• Our March meeting will be held on 3/6, Tuesday at Pilot Imaging at 7 pm. Paul Biederman, a CPP, M. Photog., Photg. Craftsman of PPA  will give us a presentation on how to use Photoshop as a tool to achieve the ultimate result of making our photo images into a master pieces. 


    There will be a board member meeting at 5 pm at Baronessa Restaurant. Members and guests are welcome to join us for dinner at 6 pm. 

    www. baronessarestaurant.com


    Paul's presentation information is posted on Facebook as well. You are encouraged to share the post. Thank you.




    Meeting place: Pilot Imaging: 663 Southlawn Lane, Rockville, MD 20850

    Meeting time: March 6, Tuesday 7 pm - 9 pm


    Paul Biederman, M.Photo, Photographic Craftsman


    Paul Biederman has achieved numerous photographic awards from the MDPPA, SEPPA, PPA, BCC, MARS the Ward Museum, and various Orchid Societies. He has taught numerous courses on: Macrophotography, Photoshop, and Lightroom; coaches individuals; and is a judge-in-training with the PPA. Paul dabbled with photography as a youth. In 1970 he purchased a Nikkomat-ftn with a 55mm Micro-Nikkor lens and Lester Dine Macro-flash to record dental pathology and capture nature photography. He joined the digital revolution in 2000 with an Olympus Camedia, enabling him to combine his photographic skills, artistic endeavors and computer-digital acumen. As a nature photographer he became limited in fieldwork after two motor vehicle accidents and as a result spent more time developing his post processing and artistic skills. Paul also found a second love, teaching photography. He found that when teaching, just like competition, his overall photographic skills and artistic endeavors greatly evolved and improved. Paul loves to teach and share his knowledge with other photographers. With his attainment of Master of Photography and Photographic Craftsman he feels an additional obligation to teach and coach photography.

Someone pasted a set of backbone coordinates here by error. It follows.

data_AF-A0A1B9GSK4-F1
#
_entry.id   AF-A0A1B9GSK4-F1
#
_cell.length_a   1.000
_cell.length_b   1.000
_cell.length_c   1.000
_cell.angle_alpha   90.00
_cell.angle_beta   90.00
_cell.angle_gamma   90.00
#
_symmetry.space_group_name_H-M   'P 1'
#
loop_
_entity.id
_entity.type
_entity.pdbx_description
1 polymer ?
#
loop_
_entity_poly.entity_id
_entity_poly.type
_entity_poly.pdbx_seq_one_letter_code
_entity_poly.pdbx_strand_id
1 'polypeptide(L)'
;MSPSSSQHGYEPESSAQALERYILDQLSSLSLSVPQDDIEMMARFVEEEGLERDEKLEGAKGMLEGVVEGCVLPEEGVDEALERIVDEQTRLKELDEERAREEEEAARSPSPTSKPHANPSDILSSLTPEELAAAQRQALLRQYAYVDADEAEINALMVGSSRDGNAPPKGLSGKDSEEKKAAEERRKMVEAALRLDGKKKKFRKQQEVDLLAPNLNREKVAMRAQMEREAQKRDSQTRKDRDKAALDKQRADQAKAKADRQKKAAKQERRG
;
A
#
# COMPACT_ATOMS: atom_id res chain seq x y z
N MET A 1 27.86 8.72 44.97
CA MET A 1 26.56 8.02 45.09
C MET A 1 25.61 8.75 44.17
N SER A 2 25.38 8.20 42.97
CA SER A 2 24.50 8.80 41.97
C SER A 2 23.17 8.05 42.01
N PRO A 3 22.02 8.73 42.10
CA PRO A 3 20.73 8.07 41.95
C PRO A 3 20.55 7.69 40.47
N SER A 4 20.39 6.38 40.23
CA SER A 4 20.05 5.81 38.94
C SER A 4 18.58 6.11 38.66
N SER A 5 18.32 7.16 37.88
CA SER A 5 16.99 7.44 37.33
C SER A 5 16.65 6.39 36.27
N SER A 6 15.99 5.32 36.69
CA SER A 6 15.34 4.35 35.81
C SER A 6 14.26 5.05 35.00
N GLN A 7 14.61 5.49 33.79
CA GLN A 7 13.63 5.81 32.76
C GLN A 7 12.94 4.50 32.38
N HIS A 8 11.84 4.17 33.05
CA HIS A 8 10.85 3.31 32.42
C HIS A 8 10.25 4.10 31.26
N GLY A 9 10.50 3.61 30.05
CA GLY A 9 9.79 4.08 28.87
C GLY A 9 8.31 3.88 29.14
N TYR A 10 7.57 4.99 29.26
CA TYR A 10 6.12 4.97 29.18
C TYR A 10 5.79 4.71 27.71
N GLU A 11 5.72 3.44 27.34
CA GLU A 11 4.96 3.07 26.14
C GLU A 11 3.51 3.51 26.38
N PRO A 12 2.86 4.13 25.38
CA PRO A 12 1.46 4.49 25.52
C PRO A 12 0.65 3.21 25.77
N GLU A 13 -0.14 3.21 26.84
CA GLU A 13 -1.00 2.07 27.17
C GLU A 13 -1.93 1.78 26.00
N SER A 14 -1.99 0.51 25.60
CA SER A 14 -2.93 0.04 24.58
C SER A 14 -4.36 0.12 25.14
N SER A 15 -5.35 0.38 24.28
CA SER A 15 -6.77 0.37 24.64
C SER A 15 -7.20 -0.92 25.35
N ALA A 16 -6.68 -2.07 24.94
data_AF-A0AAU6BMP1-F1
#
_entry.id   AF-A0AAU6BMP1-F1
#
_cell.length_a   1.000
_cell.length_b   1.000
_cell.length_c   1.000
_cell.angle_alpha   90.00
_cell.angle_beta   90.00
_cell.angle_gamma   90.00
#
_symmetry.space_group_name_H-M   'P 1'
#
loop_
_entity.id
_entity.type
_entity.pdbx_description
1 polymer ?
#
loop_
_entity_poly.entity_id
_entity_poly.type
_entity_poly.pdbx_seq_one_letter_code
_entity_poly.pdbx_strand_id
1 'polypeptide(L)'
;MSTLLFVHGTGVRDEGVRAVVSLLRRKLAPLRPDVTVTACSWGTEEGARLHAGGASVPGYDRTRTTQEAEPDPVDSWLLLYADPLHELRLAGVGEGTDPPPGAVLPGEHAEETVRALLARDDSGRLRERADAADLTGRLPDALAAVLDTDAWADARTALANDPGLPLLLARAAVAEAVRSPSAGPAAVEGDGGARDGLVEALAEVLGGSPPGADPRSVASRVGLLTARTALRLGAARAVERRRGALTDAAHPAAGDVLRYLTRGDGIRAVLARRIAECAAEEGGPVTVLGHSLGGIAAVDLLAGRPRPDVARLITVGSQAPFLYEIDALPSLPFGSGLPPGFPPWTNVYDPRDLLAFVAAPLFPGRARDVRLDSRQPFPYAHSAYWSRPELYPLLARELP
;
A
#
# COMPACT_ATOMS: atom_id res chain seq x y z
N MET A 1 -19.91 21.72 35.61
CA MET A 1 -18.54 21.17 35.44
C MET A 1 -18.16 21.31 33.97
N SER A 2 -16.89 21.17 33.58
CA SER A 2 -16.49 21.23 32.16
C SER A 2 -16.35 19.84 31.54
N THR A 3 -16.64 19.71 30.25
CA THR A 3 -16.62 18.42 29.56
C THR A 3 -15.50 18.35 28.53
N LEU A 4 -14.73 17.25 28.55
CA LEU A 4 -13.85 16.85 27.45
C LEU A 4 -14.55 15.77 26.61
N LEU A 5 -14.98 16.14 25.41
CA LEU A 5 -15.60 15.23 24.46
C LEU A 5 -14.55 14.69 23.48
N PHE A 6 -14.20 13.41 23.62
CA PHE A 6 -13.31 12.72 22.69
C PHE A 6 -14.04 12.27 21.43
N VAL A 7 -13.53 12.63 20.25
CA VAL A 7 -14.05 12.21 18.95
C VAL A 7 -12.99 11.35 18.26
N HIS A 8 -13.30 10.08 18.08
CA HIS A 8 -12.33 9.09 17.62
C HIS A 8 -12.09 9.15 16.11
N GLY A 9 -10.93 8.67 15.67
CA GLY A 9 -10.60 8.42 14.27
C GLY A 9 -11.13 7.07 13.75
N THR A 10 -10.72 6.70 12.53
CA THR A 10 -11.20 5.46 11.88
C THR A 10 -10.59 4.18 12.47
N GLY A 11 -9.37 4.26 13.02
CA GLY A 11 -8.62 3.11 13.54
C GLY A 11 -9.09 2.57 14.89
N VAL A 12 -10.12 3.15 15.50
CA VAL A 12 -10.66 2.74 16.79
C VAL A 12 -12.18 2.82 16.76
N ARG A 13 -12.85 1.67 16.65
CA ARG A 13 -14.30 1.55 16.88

During his presentation Paul will demonstrate and teach how to apply a simple, and repeatable step-by-step methodology to “develop” your digital images. Overall, Paul works from global to granular, interspersed with creative artistic interpretation, to recreate the feelings and artistic vision when he captured his image. First, in LR he accomplishes eighty percent of the three T’s: tone, tint and texture adjustments. LR was and is designed for photographers to work in a non-destructive manner on their images. But, LR has limitations. Knowing the limitations he will switch between LR and PS to complete his vision.  Additionally, Paul will demonstrate an artistic creation using PS and LR to give personal interpretation and meaning to the image. Join him and become inspired. Share his enthusiasm, knowledge and thought processing in THE CREATIVE PIXEL DARKROOM®.


    Please join Pilot Imaging and PPSGW (Professional Photographer Society of Greater Washington) on Tuesday February 6th at 7pm at Southlawn Studios at Pilot Imaging for a presentation by local photographer Joshua Dunn. Joshua will be discussing his amazing architectural works using HDR and Focus stacking techniques to create large (5'x8'!) panoramas. Each photograph is assembled using between 700-2400 individual images to "build" his final image. Please see his bio below! The presentation is free to PPSGW members, and is only $10 for non members.

    Joshua Dunn is a photographer based in the Washington D.C. area. He is a husband, a father and a veteran who is recent graduate of the Savannah College of Art and Design’s Master of Fine Arts in Photography program. Originally trained as a large format film photographer he has been photographing for over twenty years. He currently is an adjunct Professor at Montgomery College in Rockville Maryland.

    Primarily focusing on architecture Joshua creates multiple-row, focus stacked, high dynamic range panoramas in digital format. This arduous technique allows for ultra high-resolution photographs producing amazing detail. Still believing in the importance of the fine art print this technique allows him to print many of these photographs as large as 5’x8’.